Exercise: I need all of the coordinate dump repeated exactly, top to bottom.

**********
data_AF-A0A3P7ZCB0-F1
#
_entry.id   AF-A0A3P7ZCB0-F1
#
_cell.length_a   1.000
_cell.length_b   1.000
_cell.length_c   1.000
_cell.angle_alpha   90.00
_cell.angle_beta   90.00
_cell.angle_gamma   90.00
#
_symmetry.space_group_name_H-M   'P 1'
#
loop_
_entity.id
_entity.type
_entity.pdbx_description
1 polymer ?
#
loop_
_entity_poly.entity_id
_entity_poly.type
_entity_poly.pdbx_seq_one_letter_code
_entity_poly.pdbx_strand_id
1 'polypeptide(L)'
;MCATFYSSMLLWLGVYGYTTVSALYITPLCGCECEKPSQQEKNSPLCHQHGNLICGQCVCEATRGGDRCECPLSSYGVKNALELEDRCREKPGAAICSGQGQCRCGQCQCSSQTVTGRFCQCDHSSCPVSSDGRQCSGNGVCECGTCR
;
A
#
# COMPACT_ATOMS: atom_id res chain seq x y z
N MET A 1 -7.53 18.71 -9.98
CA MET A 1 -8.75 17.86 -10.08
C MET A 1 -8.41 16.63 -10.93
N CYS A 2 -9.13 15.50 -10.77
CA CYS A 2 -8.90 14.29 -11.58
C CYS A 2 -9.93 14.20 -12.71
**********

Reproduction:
data_AF-A0A3P7ZCB0-F1
#
_entry.id   AF-A0A3P7ZCB0-F1
#
_cell.length_a   1.000
_cell.length_b   1.000
_cell.length_c   1.000
_cell.angle_alpha   90.00
_cell.angle_beta   90.00
_cell.angle_gamma   90.00
#
_symmetry.space_group_name_H-M   'P 1'
#
loop_
_entity.id
_entity.type
_entity.pdbx_description
1 polymer ?
#
loop_
_entity_poly.entity_id
_entity_poly.type
_entity_poly.pdbx_seq_one_letter_code
_entity_poly.pdbx_strand_id
1 'polypeptide(L)'
;MCATFYSSMLLWLGVYGYTTVSALYITPLCGCECEKPSQQEKNSPLCHQHGNLICGQCVCEATRGGDRCECPLSSYGVKNALELEDRCREKPGAAICSGQGQCRCGQCQCSSQTVTGRFCQCDHSSCPVSSDGRQCSGNGVCECGTCR
;
A
#
# COMPACT_ATOMS: atom_id res chain seq x y z
N MET A 1 -7.53 18.71 -9.98
CA MET A 1 -8.75 17.86 -10.08
C MET A 1 -8.41 16.63 -10.93
N CYS A 2 -9.13 15.50 -10.77
CA CYS A 2 -8.90 14.29 -11.58
C CYS A 2 -9.93 14.20 -12.71